Although former Sen. John Edwards, D-N.C., has not made any official announcements, observers note that "it’s the worst-kept secret in Washington" that he plans to make a second run for the White House.

"He’s got a pretty impressive schedule if he’s not running for president," said Ferrel Guillory, director of the Program on Southern Politics, Media and Public Life at the University of North Carolina-Chapel Hill.

Many Edwards advisers and supporters say they believe that he will formally announce his intentions sometime in early 2007. They say they are surprised at how soon other campaigns are coming together.

"The amazing thing is that it’s happening so early," said Lou D’Alessandro, a Democratic state senator from New Hampshire and a key Edwards ally.

"It’s a very fluid situation because it’s an open seat for the first time in a long time that people can remember … someone already in power (such as the incumbent vice president) is not looking to run," D’Alessandro said.

So far at least two Democrats — Gov. Tom Vilsack of Iowa and U.S. Sen. Evan Bayh of Indiana — have announced plans to form exploratory committees. Other big names, including Sens. Hillary Rodham Clinton, D-N.Y., and Barak Obama, D-Ill., are reported to also be considering runs. Many political observers view Clinton as the candidate to beat.

For his part, Edwards is remaining mum. He told CBS News on Sunday that it was "safe to say I might very well" run for president, but he stopped short of making a formal announcement.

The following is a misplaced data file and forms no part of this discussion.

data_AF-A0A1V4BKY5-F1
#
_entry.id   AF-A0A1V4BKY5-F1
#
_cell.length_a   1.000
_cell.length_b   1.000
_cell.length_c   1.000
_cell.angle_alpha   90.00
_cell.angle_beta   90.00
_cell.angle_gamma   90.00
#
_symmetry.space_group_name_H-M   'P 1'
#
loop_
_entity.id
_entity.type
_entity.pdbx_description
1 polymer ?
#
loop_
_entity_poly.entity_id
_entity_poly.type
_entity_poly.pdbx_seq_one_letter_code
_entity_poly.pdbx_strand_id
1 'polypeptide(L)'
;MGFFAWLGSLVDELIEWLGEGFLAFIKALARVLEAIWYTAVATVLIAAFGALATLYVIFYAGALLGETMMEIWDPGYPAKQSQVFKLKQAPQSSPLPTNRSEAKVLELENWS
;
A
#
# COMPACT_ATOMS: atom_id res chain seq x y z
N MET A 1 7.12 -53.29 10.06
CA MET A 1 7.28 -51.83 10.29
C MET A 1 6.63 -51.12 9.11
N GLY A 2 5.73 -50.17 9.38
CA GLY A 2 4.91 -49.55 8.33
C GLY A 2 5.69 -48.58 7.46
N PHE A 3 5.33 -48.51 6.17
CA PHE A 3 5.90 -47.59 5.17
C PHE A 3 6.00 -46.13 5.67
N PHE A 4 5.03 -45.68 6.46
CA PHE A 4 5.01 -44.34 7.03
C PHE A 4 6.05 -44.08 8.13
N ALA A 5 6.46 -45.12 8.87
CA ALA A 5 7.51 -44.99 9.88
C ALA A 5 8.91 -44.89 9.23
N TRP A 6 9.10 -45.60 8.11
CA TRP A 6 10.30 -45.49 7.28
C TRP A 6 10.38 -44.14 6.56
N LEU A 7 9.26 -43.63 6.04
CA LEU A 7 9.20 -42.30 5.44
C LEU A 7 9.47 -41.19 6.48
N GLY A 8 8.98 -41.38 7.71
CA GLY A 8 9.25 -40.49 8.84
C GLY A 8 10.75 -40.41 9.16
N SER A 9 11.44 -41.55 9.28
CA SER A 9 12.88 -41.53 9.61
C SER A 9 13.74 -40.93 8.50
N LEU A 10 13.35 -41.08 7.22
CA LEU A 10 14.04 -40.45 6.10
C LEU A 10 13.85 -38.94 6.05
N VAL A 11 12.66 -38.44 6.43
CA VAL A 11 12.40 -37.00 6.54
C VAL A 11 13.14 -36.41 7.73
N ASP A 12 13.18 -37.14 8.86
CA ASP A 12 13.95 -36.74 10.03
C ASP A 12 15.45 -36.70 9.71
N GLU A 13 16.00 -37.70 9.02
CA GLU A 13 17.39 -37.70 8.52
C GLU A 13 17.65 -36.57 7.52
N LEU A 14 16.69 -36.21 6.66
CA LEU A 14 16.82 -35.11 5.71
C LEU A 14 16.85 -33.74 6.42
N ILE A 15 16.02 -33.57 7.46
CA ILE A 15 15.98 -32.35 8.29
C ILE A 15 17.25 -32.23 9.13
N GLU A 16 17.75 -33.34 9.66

Edwards was the Democratic nominee for vice president in 2004. After the ticket lost to President Bush, he moved his family back to North Carolina. His wife, Elizabeth, was found to have breast cancer in the waning days of the campaign, but after chemotherapy is cancer-free. And although he returned to private life, he has not shied away from being a public presence. In 2005, he founded the Center for Poverty, Work and Opportunity at the University of North Carolina-Chapel Hill. The center focuses on one of his primary passions — class disparity in America.

During the last year he has also logged thousands of miles traveling all over the country, advocating a minimum-wage increase and stumping for Democratic candidates. He has spent time in such key presidential-contest states as New Hampshire, Iowa and Nevada.

During his run in 2004, Edwards’ lack of foreign-policy experience was frequently cited as one of his weaknesses. So he has been working alongside former Rep. Jack Kemp, R-N.Y. — also a former vice-presidential candidate — as a co-chairman of the Council on Foreign Relations Task Force on Russian-American Relations. Edwards also traveled to Africa.

Democratic observers say they believe that Edwards has positioned himself well since 2004, but since it’s not even 2007, there are still unknowns, such as whether Obama will run. One national Democratic strategist suggested that an Obama run would hurt Edwards because he could detract from some of Edwards’ appeal as a fresh-faced outsider.

But Brad Bannon, another Democratic strategist, cautioned against declaring a primary winner — Obama, Clinton or Edwards — too soon.

"It would be a mistake to call the Democratic primary (now). The front-runner usually comes back down to earth during the course of the campaign," he said.

Edwards has raised nearly $2.5 million for his PAC during the 2006 election cycle, according to the latest Federal Election Commission report, dated Nov. 28. Edwards did not donate any money to candidates this election cycle, instead using all the money from his PAC to pay for expenditures related to his PAC activities, including staff salaries and travel, according to the Center for Responsive Politics.

(Mary M. Shaffrey can be reached in at mshaffrey(at)

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